[Beowulf]Infrastruture planning for small HPC 40/100 gigabyet eyhernet or Infiniband?
gerry.creager at tamu.edu
Mon Jul 28 13:17:19 PDT 2008
Back when the Earth was young, and the crust was still cooling, we ran
serial connections between computers, over long distances and sometimes
between power distributions. It wasn't uncommon to see ground loops
lead to arcing. I don't see it as much now because I'm a little more
careful about my grounds, and I bridge such problems with glass rather
The potential is still very real.
David Mathog wrote:
> Jim Lux <james.p.lux at jpl.nasa.gov> wrote
>> Quoting "Robert G. Brown" <rgb at phy.duke.edu>, on Mon 28 Jul 2008
>> 06:15:44 AM PDT:
>>> On Mon, 28 Jul 2008, Eugen Leitl wrote:
>>>> On Sun, Jul 27, 2008 at 07:19:56PM -0700, Jim Lux wrote:
>>>>> bear in mind that ordinary ethernet both coax and twisted pair is
>>>>> galvanically isolated.
>>>> This is strange, because I've seen (small) sparks and received (mild)
>>>> shocks from both, in two different locations.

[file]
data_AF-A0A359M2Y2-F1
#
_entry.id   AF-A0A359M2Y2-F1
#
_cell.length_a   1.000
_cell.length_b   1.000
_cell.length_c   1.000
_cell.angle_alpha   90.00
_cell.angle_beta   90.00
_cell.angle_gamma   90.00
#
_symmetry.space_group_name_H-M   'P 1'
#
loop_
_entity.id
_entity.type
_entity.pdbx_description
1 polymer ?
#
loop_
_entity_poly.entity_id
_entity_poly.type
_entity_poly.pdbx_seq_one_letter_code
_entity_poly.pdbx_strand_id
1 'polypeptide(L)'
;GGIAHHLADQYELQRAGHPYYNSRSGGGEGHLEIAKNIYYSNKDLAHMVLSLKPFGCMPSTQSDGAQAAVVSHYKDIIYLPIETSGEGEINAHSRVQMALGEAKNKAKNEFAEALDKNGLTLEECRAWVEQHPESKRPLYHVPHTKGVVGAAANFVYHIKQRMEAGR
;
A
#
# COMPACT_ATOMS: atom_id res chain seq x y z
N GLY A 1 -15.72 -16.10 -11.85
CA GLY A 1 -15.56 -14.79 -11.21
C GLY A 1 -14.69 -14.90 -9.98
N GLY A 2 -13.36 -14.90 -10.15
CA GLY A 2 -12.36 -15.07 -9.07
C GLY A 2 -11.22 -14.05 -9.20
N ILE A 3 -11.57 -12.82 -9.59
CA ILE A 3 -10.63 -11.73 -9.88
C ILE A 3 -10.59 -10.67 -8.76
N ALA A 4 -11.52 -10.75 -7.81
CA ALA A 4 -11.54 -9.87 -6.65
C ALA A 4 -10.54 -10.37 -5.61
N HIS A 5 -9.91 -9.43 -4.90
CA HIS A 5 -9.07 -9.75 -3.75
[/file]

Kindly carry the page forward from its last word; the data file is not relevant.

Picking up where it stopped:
>>> Ground loop. Very dangerous. You go first...;-)
>> Very odd.. I'd be looking for an outright short from the cables to
>> something (or, a LOT of capacitive coupling)...
> Could this possibly be static electricity discharging? Is the humidity
> very low where this is being seen, and or, is the operator moving over
> carpet shortly before the spark is observed?
> I can't say that I've ever seen sparks leave an ethernet cable even here
> in Pasadena when the winter humidity is close to zero, but I have had
> sparks jump off my fingers as they passed near mounting screws on wall
> plates. In spark season I routinely get blasted by my car's door
> handle, and there's definitely no ground loop going on there.
> David Mathog
> mathog at caltech.edu
> Manager, Sequence Analysis Facility, Biology Division, Caltech
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Gerry Creager -- gerry.creager at tamu.edu
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